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The restaurant was mostly empty on a recent weeknight as my two guests and I contemplated the unfamiliar menu. It was 8 p.m., and the place didn’t close for another hour, but we still thought about leaving the desolate dining room.

Our server, who had just finished some sort of rock-paper-scissors-type game to determine who among the staff would enjoy the opportunity to wait on us, was feeling chatty. He never took our drink order, told us the evening’s specials, or even said  “hello.” Without provocation or the slightest sense of decorum, the goateed twentysomething, whose hair was tied into a short ponytail, launched into a story about how most of the kitchen staff had been cut and the remaining soldiers weren’t happy about being forced to work.

He wasn’t mean about it –– just clueless and vapid. His amiable slacker charisma was marked by a telltale dopey grin and terrible posture. There wasn’t an ounce of maliciousness in his DNA, but he still decided that telling us we weren’t welcome was a good way to start the evening.

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Despite feeling as though we were being shooed away like some houseflies, I chose to ignore the faux pas, chalking it up to lack of experience, bad training, or really good weed. But, as I soon figured out, his real flaw was a total absence of a social compass. Someone should take the poor fella to a football game so he can see what boundaries look like.

At some point before dinner, he accidentally stepped on my guest’s purse. He apologized and explained that he grew up on a farm, so he was used to stepping in all kinds of foul stuff. “Great,” I thought. “Our waiter just made a shit joke right before the appetizer course.”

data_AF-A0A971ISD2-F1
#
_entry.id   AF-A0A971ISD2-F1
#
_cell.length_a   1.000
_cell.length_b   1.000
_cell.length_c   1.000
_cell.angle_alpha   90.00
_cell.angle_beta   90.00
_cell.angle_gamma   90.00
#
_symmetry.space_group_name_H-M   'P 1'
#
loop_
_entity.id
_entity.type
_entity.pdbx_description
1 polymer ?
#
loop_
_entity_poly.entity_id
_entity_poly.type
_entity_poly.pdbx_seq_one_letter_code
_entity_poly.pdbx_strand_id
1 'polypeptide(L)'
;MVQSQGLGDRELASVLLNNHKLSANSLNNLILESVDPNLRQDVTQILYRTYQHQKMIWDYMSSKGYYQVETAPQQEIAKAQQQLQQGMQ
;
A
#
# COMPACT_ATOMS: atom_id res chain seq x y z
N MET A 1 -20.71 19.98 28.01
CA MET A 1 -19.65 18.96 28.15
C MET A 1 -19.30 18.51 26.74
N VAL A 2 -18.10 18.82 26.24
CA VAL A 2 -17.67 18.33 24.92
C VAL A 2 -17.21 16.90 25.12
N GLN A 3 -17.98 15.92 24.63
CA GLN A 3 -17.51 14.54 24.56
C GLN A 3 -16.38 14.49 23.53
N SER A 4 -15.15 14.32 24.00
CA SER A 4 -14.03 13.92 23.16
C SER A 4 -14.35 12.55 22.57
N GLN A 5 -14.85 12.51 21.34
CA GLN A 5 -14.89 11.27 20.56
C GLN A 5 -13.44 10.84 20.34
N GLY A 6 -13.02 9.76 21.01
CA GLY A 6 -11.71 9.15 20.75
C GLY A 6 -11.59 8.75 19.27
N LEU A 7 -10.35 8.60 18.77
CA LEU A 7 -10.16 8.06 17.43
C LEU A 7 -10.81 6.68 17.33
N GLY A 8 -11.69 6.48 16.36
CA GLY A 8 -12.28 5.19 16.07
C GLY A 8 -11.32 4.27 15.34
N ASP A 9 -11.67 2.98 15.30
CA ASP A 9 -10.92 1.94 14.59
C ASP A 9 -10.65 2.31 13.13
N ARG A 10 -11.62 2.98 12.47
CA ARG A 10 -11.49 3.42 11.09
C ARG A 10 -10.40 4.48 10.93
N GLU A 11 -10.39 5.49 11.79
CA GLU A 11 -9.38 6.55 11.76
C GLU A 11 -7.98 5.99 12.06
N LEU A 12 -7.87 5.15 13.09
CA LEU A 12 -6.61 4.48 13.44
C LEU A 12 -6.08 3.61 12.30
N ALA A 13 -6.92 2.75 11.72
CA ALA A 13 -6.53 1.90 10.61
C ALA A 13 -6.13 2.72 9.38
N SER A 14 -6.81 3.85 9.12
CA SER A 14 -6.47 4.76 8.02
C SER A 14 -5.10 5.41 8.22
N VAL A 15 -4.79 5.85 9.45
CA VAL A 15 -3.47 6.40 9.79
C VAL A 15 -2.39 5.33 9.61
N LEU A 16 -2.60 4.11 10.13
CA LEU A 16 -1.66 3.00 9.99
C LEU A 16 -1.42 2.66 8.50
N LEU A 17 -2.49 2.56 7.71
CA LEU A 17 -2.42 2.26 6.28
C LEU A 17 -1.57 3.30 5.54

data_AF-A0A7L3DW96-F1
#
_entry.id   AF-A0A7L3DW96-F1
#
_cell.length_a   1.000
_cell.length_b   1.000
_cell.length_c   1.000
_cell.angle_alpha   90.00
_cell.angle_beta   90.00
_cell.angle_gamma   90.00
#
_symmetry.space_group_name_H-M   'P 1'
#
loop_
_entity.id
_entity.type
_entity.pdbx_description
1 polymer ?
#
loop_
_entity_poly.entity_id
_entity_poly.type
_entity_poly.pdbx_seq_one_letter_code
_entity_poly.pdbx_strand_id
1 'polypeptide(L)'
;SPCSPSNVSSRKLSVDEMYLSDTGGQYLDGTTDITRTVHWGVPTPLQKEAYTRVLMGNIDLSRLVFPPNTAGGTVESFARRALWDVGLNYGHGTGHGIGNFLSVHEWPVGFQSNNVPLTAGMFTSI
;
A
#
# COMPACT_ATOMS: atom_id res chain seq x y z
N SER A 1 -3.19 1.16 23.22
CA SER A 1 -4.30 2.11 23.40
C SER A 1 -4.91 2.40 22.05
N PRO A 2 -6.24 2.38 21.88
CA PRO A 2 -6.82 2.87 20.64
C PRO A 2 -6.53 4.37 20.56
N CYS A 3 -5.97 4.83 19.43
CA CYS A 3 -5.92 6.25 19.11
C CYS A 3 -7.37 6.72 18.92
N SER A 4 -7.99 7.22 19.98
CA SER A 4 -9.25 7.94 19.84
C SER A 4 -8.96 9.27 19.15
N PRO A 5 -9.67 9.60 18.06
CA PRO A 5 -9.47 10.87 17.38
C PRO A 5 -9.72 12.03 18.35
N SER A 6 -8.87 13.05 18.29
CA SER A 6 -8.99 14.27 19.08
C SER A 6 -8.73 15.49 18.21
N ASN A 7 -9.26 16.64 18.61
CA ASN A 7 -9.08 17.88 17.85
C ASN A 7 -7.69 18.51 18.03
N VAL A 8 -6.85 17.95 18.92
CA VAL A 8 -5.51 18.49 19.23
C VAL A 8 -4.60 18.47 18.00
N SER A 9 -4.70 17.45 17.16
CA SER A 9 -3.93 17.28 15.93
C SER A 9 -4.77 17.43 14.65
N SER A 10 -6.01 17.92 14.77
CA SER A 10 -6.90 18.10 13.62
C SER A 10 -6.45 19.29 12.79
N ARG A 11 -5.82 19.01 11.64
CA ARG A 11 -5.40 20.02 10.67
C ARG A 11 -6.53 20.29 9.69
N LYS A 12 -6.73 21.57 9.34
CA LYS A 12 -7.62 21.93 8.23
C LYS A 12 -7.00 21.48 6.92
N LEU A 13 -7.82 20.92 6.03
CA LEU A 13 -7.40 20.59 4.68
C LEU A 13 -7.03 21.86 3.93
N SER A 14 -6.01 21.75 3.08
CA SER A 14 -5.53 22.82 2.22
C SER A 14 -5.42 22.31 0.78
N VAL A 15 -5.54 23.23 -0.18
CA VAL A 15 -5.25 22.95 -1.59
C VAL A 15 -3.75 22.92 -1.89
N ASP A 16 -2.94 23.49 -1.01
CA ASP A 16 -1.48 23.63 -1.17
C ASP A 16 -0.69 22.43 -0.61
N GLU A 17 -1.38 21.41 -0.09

Throughout the evening, he hovered around our table trying to work his way into our conversation. His excitement piqued when I made an inappropriate joke about a lazy friend, who I theorized might end up needing a Rascal Scooter to get around.

“I have an uncle who has diabetes and had to have his foot sawed off,” our server bellowed as he rolled silverware into linen napkins a couple of tables away.

The worst part of the evening was when one of my guests broke rule No. 1 of ways to deal with an awkward server: Don’t engage. The graceless chap sat down at our table and explained that his father’s grumpiness is what drove him to study psychology in college.

All I could think was, “I liked this guy better when he was rushing us out.” That, and, “What happened to the kitchen wanting to leave?”

You would have thought I’d just stabbed him with my chopstick when I asked him to refill my water during his monologue. He finished his thought and angrily stomped off to get a full pitcher, which he left on the table.

Apparently he had forgiven me, because as we were leaving, he gushed about how great we were and how he really enjoyed our (unsolicited) chat.

I told you he was amiable.

Our farewell handshake turned into an awkward half-hug, and, as my guests later told me, I faintly grumbled, “Oh, God” as he brought home the uncomfortable embrace.

I’ve experienced some strange encounters with servers in my years but nothing that approached that guy. The truth is, I liked him –– and I will never go back to that restaurant. I hope he makes a better therapist than he did a server.

Contact Chow, Baby at chowbaby@fwweekly.com.

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